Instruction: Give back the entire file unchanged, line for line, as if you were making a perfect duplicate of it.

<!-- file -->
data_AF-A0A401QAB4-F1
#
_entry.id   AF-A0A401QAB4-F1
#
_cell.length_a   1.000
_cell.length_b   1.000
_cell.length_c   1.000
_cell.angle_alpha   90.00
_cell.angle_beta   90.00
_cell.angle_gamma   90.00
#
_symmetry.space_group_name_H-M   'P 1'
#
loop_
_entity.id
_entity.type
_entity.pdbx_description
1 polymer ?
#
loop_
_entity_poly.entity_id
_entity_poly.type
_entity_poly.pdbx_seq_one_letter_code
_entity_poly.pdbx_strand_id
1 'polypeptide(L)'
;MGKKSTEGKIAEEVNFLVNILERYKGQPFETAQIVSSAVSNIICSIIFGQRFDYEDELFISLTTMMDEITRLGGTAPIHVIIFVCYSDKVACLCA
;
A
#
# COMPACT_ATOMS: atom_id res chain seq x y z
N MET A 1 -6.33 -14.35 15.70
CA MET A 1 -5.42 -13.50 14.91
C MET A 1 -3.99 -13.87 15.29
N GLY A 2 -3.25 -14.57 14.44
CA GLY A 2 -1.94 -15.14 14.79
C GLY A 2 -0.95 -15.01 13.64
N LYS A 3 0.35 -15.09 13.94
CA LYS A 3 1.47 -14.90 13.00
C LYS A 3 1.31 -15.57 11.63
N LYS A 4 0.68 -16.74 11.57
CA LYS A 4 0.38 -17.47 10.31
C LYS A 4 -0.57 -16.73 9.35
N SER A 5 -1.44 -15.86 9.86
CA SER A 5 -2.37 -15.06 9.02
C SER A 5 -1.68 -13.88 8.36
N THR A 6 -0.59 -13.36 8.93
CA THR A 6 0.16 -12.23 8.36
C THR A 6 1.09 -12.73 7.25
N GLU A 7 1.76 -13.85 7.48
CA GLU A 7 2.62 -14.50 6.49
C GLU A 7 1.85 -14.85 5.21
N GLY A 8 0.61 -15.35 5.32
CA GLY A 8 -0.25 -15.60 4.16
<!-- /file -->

data_AF-A0A401QAB4-F1
#
_entry.id   AF-A0A401QAB4-F1
#
_cell.length_a   1.000
_cell.length_b   1.000
_cell.length_c   1.000
_cell.angle_alpha   90.00
_cell.angle_beta   90.00
_cell.angle_gamma   90.00
#
_symmetry.space_group_name_H-M   'P 1'
#
loop_
_entity.id
_entity.type
_entity.pdbx_description
1 polymer ?
#
loop_
_entity_poly.entity_id
_entity_poly.type
_entity_poly.pdbx_seq_one_letter_code
_entity_poly.pdbx_strand_id
1 'polypeptide(L)'
;MGKKSTEGKIAEEVNFLVNILERYKGQPFETAQIVSSAVSNIICSIIFGQRFDYEDELFISLTTMMDEITRLGGTAPIHVIIFVCYSDKVACLCA
;
A
#
# COMPACT_ATOMS: atom_id res chain seq x y z
N MET A 1 -6.33 -14.35 15.70
CA MET A 1 -5.42 -13.50 14.91
C MET A 1 -3.99 -13.87 15.29
N GLY A 2 -3.25 -14.57 14.44
CA GLY A 2 -1.94 -15.14 14.79
C GLY A 2 -0.95 -15.01 13.64
N LYS A 3 0.35 -15.09 13.94
CA LYS A 3 1.47 -14.90 13.00
C LYS A 3 1.31 -15.57 11.63
N LYS A 4 0.68 -16.74 11.57
CA LYS A 4 0.38 -17.47 10.31
C LYS A 4 -0.57 -16.73 9.35
N SER A 5 -1.44 -15.86 9.86
CA SER A 5 -2.37 -15.06 9.02
C SER A 5 -1.68 -13.88 8.36
N THR A 6 -0.59 -13.36 8.93
CA THR A 6 0.16 -12.23 8.36
C THR A 6 1.09 -12.73 7.25
N GLU A 7 1.76 -13.85 7.48
CA GLU A 7 2.62 -14.50 6.49
C GLU A 7 1.85 -14.85 5.21
N GLY A 8 0.61 -15.35 5.32
CA GLY A 8 -0.25 -15.60 4.16